Christmas has come early for MTN Group. The telecommunications operator’s shares are likely to soar when markets reopen on Thursday in Johannesburg after it announced late on Monday that it has settled a multibillion-dollar dispute in Nigeria.
It will pay just US$53.2-million (about R777-million) in a settlement with Nigeria’s central bank, a tiny fraction of the $8.1-billion (R118-billion) the Bank had sought from the group’s subsidiary in the West African country.
MTN Group shares plunged 22% on 30 August when it emerged that the Nigerian central bank had ordered four banks to refund the $8.1-billion it claimed was illegally expatriated by the telecoms provider between 2007 and 2015. Its shares, which trade on the JSE, have failed to recover significant ground since then on investor fears.
A second allegation by Nigerian authorities that MTN owes $2-billion in back taxes remains the subject of dispute, however. That matter is due to be heard by a Nigerian court in February next year.
The settlement amount with the central bank — less than 0.7% of the sum originally demanded — is likely to be seen as a significant victory for group CEO Rob Shuter, who took the reins at MTN last year from Phuthuma Nhleko. Shuter joined MTN from Vodafone Group.
In a statement late on Monday, MTN said a series of meetings were held in Lagos with central bank officials in November.
“At these meetings, MTN Nigeria provided additional material documentation which satisfactorily clarified its remittances,” it said. Upon review of this documentation, the central bank “concluded that MTN Nigeria is no longer required to reverse the historical dividend payments made to MTN Nigeria shareholders”.
“However, the central bank maintains that the proceeds from the preference shares in MTN Nigeria’s private placement remittances of 2008 of circa $1-billion were irregular, having been based on CCIs (certificates of capital importation) that only had an approval-in-principle, but not final regulatory approval of the central bank.
“The central bank instructed MTN Nigeria to implement a notional reversal of the 2008 private placement of shares in MTN Nigeria at a net cost of circa 19.2-billion naira — equivalent to $52.6-million. This is on the basis that certain CCIs utilised in the private placement were not properly issued.”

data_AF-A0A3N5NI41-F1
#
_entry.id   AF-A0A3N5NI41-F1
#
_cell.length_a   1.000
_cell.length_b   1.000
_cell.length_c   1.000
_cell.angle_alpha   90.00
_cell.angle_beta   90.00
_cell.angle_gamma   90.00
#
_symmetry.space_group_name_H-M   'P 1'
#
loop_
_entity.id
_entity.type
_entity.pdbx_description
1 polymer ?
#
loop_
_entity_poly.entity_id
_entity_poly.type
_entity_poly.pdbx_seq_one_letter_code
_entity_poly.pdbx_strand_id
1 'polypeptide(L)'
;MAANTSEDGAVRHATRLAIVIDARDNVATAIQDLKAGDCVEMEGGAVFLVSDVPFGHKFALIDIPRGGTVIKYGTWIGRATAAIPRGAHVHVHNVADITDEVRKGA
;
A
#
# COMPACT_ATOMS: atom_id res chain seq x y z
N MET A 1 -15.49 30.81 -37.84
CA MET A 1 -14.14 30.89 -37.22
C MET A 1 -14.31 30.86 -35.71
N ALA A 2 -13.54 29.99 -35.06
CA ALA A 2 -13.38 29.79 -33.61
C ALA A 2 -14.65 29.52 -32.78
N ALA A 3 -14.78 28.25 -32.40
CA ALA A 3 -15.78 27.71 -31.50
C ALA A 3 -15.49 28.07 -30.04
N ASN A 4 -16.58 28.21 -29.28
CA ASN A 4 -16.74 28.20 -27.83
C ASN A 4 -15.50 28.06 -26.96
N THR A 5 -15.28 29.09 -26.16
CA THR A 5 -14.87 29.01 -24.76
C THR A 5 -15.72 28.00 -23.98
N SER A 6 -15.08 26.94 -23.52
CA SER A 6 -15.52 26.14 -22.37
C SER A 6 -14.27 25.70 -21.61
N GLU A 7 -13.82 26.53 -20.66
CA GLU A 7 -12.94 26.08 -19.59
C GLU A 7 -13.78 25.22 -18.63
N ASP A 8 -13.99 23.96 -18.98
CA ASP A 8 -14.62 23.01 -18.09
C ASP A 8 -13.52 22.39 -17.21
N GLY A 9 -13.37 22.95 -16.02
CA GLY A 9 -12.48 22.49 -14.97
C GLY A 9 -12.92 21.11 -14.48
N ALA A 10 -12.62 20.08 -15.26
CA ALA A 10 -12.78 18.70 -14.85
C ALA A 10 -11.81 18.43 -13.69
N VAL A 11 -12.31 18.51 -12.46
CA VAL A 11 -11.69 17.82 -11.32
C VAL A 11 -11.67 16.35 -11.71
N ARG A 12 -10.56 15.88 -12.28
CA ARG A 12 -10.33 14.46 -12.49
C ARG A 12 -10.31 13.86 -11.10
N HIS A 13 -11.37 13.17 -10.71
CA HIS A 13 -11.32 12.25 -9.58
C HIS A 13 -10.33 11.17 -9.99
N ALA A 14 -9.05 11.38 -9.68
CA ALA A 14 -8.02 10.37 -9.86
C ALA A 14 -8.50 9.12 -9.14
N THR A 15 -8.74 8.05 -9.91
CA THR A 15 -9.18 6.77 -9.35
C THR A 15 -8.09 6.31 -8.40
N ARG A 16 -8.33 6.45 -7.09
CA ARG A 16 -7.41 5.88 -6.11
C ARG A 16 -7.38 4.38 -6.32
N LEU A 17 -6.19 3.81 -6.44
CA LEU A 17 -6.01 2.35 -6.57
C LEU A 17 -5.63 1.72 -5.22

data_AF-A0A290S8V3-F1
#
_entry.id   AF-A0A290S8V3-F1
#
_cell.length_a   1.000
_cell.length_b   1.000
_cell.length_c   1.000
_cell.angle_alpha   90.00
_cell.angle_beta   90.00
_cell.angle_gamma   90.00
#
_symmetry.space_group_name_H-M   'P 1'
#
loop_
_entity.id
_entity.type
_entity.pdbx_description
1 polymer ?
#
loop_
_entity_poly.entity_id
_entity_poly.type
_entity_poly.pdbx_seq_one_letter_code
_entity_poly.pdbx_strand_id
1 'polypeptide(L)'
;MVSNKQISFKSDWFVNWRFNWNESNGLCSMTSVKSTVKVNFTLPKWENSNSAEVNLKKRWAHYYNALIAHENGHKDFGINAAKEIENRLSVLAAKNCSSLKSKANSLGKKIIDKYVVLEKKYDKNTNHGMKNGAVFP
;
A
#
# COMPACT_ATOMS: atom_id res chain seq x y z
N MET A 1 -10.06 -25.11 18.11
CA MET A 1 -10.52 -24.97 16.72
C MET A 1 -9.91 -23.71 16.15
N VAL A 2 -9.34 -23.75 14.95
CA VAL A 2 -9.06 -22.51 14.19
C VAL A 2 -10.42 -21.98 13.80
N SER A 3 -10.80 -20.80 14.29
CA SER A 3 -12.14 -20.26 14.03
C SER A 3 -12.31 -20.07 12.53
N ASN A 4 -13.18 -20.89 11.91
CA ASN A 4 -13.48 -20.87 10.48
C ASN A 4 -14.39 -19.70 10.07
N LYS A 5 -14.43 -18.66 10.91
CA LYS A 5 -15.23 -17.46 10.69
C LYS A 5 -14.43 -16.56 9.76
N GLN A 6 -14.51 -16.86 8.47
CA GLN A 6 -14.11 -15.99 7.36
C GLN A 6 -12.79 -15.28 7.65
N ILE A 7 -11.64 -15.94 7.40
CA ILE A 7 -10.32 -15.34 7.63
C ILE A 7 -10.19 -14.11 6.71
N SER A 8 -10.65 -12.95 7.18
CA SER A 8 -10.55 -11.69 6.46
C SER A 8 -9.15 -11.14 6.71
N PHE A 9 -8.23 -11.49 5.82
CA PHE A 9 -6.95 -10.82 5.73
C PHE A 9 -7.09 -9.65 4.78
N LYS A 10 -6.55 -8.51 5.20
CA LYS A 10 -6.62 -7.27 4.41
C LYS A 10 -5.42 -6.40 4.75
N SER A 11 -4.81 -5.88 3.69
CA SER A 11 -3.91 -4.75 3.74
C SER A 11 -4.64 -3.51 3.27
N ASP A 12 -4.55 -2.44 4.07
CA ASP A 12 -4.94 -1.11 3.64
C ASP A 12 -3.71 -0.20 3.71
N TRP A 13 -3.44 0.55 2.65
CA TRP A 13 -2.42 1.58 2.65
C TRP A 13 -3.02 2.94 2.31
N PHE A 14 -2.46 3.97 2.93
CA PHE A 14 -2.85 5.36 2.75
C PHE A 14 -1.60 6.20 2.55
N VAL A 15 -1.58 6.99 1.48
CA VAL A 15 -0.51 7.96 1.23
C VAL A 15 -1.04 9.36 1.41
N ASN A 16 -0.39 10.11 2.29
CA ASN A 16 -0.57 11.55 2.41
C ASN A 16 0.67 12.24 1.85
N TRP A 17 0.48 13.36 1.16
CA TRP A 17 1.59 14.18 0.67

MTN Nigeria and the central bank have agreed that they will resolve the matter on the basis that the operator will pay the notional reversal amount without admission of liability, the group said.
“In terms of the resolution agreement, the central bank will regularise all the CCIs issued on the investment by shareholders of MTN Nigeria of circa $402.6-million without regard to any historical disputes relating to those CCIs, thereby bringing to a final resolution all incidental disputes arising from this matter.”
It said MTN Nigeria relied on “certain commercial banks to ensure all approvals had been obtained prior to the CCIs being issued and to ensure the CCIs were properly utilised in the private placement”.
“MTN Nigeria will be engaging with the banks in relation to the issues dealt with in the resolution agreement,” the group said. Presumably, this means MTN is going to try to recover at least some of the $53.2-million from the banks involved.
The original $8.1-billion demanded by the central bank followed just three years after the Nigerian Communications Commission imposed a $5.2-billion fine on MTN for failing to disconnect unregistered Sim cards. That fine was later reduced to about $1-billion.
MTN Group said it remains involved in legal action with Nigeria’s attorney-general over the $2-billion in back taxes the AG claims are owed. The case came up for “initial mention” before the federal high court in Lagos on 8 November 2018 and has been adjourned to 7 February 2019.
“MTN Nigeria continues to maintain that its tax matters are up to date and no additional payment … is due,” the group said, adding that no provisions or contingent liabilities have been raised in the accounts of MTN Nigeria for the claim.
Nigeria is MTN’s biggest and most profitable market. It has more than 64 million customers in the country and it enjoys high profit margins. Earnings before interest, tax, depreciation and amortisation in the third quarter represented 43% of revenue.